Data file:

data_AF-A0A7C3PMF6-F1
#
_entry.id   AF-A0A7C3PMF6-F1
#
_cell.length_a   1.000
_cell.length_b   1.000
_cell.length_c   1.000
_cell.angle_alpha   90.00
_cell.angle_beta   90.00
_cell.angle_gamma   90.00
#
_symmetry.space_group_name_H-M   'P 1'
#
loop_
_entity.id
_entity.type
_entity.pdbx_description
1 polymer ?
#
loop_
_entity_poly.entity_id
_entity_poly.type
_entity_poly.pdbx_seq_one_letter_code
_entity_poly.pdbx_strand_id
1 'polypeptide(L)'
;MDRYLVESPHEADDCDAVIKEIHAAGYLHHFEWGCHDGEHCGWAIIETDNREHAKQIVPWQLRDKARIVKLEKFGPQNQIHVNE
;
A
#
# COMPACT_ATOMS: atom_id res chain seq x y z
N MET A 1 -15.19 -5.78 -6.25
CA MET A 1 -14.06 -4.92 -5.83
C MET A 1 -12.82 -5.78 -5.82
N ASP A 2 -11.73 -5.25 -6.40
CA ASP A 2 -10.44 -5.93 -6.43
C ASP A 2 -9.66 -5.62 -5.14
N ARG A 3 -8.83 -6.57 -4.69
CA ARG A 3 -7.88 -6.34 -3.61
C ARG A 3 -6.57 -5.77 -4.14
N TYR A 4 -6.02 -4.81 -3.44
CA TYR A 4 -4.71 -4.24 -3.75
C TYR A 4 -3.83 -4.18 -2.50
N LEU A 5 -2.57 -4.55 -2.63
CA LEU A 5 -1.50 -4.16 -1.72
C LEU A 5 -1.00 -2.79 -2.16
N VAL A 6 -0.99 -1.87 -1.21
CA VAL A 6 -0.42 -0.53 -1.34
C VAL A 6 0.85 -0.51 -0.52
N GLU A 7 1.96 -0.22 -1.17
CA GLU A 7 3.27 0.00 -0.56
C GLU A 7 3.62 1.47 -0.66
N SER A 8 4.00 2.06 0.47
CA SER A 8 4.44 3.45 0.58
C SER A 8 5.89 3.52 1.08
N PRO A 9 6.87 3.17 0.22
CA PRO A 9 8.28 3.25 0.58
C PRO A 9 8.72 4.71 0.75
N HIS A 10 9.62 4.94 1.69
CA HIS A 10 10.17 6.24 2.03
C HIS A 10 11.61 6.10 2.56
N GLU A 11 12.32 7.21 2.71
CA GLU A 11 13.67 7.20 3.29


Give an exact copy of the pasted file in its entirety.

data_AF-A0A7C3PMF6-F1
#
_entry.id   AF-A0A7C3PMF6-F1
#
_cell.length_a   1.000
_cell.length_b   1.000
_cell.length_c   1.000
_cell.angle_alpha   90.00
_cell.angle_beta   90.00
_cell.angle_gamma   90.00
#
_symmetry.space_group_name_H-M   'P 1'
#
loop_
_entity.id
_entity.type
_entity.pdbx_description
1 polymer ?
#
loop_
_entity_poly.entity_id
_entity_poly.type
_entity_poly.pdbx_seq_one_letter_code
_entity_poly.pdbx_strand_id
1 'polypeptide(L)'
;MDRYLVESPHEADDCDAVIKEIHAAGYLHHFEWGCHDGEHCGWAIIETDNREHAKQIVPWQLRDKARIVKLEKFGPQNQIHVNE
;
A
#
# COMPACT_ATOMS: atom_id res chain seq x y z
N MET A 1 -15.19 -5.78 -6.25
CA MET A 1 -14.06 -4.92 -5.83
C MET A 1 -12.82 -5.78 -5.82
N ASP A 2 -11.73 -5.25 -6.40
CA ASP A 2 -10.44 -5.93 -6.43
C ASP A 2 -9.66 -5.62 -5.14
N ARG A 3 -8.83 -6.57 -4.69
CA ARG A 3 -7.88 -6.34 -3.61
C ARG A 3 -6.57 -5.77 -4.14
N TYR A 4 -6.02 -4.81 -3.44
CA TYR A 4 -4.71 -4.24 -3.75
C TYR A 4 -3.83 -4.18 -2.50
N LEU A 5 -2.57 -4.55 -2.63
CA LEU A 5 -1.50 -4.16 -1.72
C LEU A 5 -1.00 -2.79 -2.16
N VAL A 6 -0.99 -1.87 -1.21
CA VAL A 6 -0.42 -0.53 -1.34
C VAL A 6 0.85 -0.51 -0.52
N GLU A 7 1.96 -0.22 -1.17
CA GLU A 7 3.27 0.00 -0.56
C GLU A 7 3.62 1.47 -0.66
N SER A 8 4.00 2.06 0.47
CA SER A 8 4.44 3.45 0.58
C SER A 8 5.89 3.52 1.08
N PRO A 9 6.87 3.17 0.22
CA PRO A 9 8.28 3.25 0.58
C PRO A 9 8.72 4.71 0.75
N HIS A 10 9.62 4.94 1.69
CA HIS A 10 10.17 6.24 2.03
C HIS A 10 11.61 6.10 2.56
N GLU A 11 12.32 7.21 2.71
CA GLU A 11 13.67 7.20 3.29